Originally Posted by harleyhalfmoon
I can say with 100% certainty, whether the child would be black, white or green, it would still be a child to love, so yes, I would adopt a child of a different race than myself, if one came my way. I know certain situations would be rough, but really, isn't that about every aspect of parenting, even famililes when the children and parents are all the same race?
I'm reading a book (still reading...i keep it in my car to read when i'm waiting on stuff, so its slow going!) called "Telling the Truth to your Adopted or Foster Child" and in the chapter on transracial adoption, the author kind of addresses the above statement. Yes parenting in general has its challenges, but the author pointed out that above and beyond those typical challenges, that adoptive parenting adds another whole layer of challenges, and transracial adoption, another layer still. I do not fault anyone for choosing not to take on those additional challenges.
There is a movie called "Losing Isaiah" (i have issues with the movie itself, but thats another thread), in which a black birthmother is fighting to regain custody of her child from his white adoptive parents. The lawyer for the bmom asks if the child has any black dolls in the home, and the white mother gets defensive and makes some statement to the effect of "yes, he has black dolls, and white dolls, and green dolls" etc....but the lawyer points out that children dont come in green. So when people say something like "black white or purple, i'd love a child regardless"...it almost seems to me to be sweeping the very *real* issues of race under the rug as if its "just another color"...kind of a "color blind/loves sees no color" mentality, which is sort of naive. Esp with white parents adopting black children....we have such a long history there, of conflict, of power issues, just lots of stuff that people (of any race) are often afraid to talk about.
Another thing that has been bothering me a bit....in discussions of TA, people often say things like "well, once the baby gets there, your (racist or unsure) relatives will fall in love, after all, who doesnt love a baby!?"...for some reason that bothers me. I think its because, well sure, even outright racists might "love" a cute little black baby. But what about the MAN (or woman) that baby becomes? What about the adult black men and women that child sees himself reflected in, when he is growing up? Obviously, we can't force our relatives, friends, neighbors, etc to go through sensitivity training or force them to confront their own inner racism or preconceived notions. But i also think we shouldnt necessarily make it all about "a cute baby to love"....if i'm adopting an AA child, i better be darn sure i can love the adult he will become, the AA partner he may marry, the AA friends he may invite over, etc etc. (Is this making any sense?? Its well after midnight, so i fear i may be rambling.)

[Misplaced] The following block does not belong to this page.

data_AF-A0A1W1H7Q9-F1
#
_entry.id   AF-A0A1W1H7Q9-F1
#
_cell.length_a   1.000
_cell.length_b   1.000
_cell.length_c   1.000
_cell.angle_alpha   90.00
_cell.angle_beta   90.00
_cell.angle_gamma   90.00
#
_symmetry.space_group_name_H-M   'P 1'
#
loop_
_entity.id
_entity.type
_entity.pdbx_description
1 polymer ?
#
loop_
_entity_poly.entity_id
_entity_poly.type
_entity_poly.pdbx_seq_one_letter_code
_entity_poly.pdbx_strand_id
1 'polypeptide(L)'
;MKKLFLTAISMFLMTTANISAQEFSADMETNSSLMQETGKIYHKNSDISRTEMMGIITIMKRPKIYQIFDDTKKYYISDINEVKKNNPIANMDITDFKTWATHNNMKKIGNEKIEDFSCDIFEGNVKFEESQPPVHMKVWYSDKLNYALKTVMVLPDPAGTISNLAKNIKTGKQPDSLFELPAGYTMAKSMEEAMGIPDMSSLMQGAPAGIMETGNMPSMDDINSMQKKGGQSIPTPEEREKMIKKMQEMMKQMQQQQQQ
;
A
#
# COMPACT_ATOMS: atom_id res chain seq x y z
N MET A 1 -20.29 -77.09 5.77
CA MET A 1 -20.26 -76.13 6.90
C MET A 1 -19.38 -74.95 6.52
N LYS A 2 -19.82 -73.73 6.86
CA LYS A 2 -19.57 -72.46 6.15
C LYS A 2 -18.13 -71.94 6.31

I also think when i was pondering parenting an AA child, that i made it so much about the bigger issues (like race and social justice issues) that i totally did not even get how the very very small issues (which are actually in many ways big issues too) can make you aware each and every day that this child is different from you, that you may not be equipped in the same way you would be with a same race child. I used to not get why white parents with black children always seemed to make it "all about the hair"...i thought, geez, its just hair. But over a year into parenting an AA child, who until recently had alot of hair (this is his "I'm really pissed at having a new foster sister look: http://farm4.static.flickr.com/3297/...6f40dfa2f8.jpg
and his "i cant believe you just cut off all of my hair" look: http://farm4.static.flickr.com/3621/...f13988d4b5.jpg
) i realize how much of a daily impact "just the hair" has on our lives. And how in many ways i often feel something as simple as how my child looks (how his hair looks, how his skin looks) is a reflection of my right and ability to parent him. And how if he were not of a different race, i would not often feel like all eyes are on us when we go out in public. I think some people choose not to adopt transracially, because they dont want that invisible but obvious label "Adopted child" out there all the time. I used to think that if someone felt that way, it was because they were trying to deny the adoption status of their child, or that they hadnt "worked through" grief about infertility. While that may sometimes be the case, i think its more often just about privacy.
This is way too long, i'll stop now.